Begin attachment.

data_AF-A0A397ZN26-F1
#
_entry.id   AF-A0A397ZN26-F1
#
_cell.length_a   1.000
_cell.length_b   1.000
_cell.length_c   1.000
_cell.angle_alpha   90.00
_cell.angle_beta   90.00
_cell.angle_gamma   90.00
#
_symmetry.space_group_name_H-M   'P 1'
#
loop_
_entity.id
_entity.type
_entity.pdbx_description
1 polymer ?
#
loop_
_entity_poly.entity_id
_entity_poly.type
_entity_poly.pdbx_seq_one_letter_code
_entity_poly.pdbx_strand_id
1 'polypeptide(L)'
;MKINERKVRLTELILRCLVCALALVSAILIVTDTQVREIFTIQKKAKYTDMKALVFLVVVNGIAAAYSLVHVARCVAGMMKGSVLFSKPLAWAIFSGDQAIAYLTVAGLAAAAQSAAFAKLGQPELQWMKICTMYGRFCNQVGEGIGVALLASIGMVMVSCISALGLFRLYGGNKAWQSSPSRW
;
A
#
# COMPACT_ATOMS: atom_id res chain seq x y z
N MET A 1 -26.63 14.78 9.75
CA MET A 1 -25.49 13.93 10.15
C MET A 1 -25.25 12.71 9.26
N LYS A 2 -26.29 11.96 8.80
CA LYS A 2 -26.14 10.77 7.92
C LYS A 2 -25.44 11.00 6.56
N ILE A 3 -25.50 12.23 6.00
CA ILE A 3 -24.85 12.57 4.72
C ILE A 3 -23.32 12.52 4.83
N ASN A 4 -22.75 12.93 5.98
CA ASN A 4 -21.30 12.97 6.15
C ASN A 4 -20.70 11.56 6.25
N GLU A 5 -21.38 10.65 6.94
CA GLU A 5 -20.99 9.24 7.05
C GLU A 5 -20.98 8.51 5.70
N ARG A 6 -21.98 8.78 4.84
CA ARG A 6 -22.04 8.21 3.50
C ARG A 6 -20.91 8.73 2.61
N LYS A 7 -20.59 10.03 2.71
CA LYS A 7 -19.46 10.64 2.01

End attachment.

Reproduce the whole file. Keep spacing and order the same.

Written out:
data_AF-A0A397ZN26-F1
#
_entry.id   AF-A0A397ZN26-F1
#
_cell.length_a   1.000
_cell.length_b   1.000
_cell.length_c   1.000
_cell.angle_alpha   90.00
_cell.angle_beta   90.00
_cell.angle_gamma   90.00
#
_symmetry.space_group_name_H-M   'P 1'
#
loop_
_entity.id
_entity.type
_entity.pdbx_description
1 polymer ?
#
loop_
_entity_poly.entity_id
_entity_poly.type
_entity_poly.pdbx_seq_one_letter_code
_entity_poly.pdbx_strand_id
1 'polypeptide(L)'
;MKINERKVRLTELILRCLVCALALVSAILIVTDTQVREIFTIQKKAKYTDMKALVFLVVVNGIAAAYSLVHVARCVAGMMKGSVLFSKPLAWAIFSGDQAIAYLTVAGLAAAAQSAAFAKLGQPELQWMKICTMYGRFCNQVGEGIGVALLASIGMVMVSCISALGLFRLYGGNKAWQSSPSRW
;
A
#
# COMPACT_ATOMS: atom_id res chain seq x y z
N MET A 1 -26.63 14.78 9.75
CA MET A 1 -25.49 13.93 10.15
C MET A 1 -25.25 12.71 9.26
N LYS A 2 -26.29 11.96 8.80
CA LYS A 2 -26.14 10.77 7.92
C LYS A 2 -25.44 11.00 6.56
N ILE A 3 -25.50 12.23 6.00
CA ILE A 3 -24.85 12.57 4.72
C ILE A 3 -23.32 12.52 4.83
N ASN A 4 -22.75 12.93 5.98
CA ASN A 4 -21.30 12.97 6.15
C ASN A 4 -20.70 11.56 6.25
N GLU A 5 -21.38 10.65 6.94
CA GLU A 5 -20.99 9.24 7.05
C GLU A 5 -20.98 8.51 5.70
N ARG A 6 -21.98 8.78 4.84
CA ARG A 6 -22.04 8.21 3.50
C ARG A 6 -20.91 8.73 2.61
N LYS A 7 -20.59 10.03 2.71
CA LYS A 7 -19.46 10.64 2.01